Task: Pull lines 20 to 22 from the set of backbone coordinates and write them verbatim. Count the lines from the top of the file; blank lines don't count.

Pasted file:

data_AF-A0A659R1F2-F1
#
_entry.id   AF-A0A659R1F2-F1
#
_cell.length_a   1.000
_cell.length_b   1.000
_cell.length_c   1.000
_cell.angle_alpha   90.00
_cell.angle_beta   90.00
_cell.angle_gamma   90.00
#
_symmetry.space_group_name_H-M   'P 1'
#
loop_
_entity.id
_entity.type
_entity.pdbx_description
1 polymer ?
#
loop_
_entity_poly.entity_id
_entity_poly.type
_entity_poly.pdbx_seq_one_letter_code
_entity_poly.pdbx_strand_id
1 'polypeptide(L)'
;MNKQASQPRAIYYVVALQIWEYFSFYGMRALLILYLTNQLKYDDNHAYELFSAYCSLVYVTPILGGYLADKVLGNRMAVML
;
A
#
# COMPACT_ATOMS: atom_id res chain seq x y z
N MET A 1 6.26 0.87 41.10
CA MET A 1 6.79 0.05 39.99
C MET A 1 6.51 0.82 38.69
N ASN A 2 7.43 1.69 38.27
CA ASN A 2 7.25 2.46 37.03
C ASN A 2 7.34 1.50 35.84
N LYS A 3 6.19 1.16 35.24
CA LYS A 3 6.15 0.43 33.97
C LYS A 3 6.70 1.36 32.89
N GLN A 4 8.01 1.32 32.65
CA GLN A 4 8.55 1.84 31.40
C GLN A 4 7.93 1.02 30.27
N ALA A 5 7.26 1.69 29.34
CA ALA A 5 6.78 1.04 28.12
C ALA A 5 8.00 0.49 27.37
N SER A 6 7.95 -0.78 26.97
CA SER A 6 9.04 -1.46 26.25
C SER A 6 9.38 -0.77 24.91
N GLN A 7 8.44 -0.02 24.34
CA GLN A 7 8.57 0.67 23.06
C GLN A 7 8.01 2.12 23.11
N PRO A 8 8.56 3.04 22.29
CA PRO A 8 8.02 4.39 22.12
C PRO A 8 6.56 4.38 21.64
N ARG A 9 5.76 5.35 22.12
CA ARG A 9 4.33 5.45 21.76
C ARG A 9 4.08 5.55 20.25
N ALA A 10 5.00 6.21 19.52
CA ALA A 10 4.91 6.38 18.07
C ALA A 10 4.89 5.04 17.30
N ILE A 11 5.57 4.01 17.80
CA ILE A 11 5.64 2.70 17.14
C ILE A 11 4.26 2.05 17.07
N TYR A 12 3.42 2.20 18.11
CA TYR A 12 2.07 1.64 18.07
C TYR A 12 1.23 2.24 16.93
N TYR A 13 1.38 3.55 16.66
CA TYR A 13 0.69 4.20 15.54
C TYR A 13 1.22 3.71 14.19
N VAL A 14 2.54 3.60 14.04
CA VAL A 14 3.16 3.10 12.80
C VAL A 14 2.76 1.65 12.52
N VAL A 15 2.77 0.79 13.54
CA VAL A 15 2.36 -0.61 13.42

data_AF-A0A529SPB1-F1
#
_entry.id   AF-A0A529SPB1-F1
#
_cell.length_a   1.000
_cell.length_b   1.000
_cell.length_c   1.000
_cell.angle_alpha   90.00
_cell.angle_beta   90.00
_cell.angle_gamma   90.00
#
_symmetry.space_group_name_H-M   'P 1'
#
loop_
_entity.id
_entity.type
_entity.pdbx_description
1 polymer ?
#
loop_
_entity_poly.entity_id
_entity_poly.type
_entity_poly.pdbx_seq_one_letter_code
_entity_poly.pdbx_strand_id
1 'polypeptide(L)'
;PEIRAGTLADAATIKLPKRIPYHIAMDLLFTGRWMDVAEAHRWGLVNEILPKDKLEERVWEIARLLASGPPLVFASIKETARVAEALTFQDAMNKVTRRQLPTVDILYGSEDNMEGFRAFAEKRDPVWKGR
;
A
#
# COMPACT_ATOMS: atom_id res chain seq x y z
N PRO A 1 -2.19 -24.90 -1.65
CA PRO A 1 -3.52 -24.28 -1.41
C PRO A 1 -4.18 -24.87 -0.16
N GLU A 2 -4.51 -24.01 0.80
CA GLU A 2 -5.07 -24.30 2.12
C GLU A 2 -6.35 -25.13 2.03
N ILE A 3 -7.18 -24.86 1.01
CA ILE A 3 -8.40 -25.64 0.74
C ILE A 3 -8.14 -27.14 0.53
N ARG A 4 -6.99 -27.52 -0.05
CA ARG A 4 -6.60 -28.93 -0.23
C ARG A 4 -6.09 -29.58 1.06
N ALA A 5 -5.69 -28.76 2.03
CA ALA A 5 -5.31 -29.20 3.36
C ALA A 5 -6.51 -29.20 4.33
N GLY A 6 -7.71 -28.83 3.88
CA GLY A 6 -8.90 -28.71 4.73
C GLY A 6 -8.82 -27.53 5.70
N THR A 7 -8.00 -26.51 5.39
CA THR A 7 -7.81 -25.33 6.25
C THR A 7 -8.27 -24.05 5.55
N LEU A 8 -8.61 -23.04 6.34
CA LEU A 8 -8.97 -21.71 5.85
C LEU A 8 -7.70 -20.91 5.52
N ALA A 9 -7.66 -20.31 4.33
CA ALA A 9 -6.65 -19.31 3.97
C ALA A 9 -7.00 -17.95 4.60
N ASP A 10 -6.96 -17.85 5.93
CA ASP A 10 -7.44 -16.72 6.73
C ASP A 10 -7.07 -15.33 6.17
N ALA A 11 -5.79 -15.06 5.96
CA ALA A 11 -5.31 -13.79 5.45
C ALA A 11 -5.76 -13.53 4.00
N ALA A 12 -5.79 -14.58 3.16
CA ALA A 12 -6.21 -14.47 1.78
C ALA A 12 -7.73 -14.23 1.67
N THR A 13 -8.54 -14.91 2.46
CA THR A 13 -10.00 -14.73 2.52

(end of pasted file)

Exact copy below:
loop_
_entity_poly.entity_id
_entity_poly.type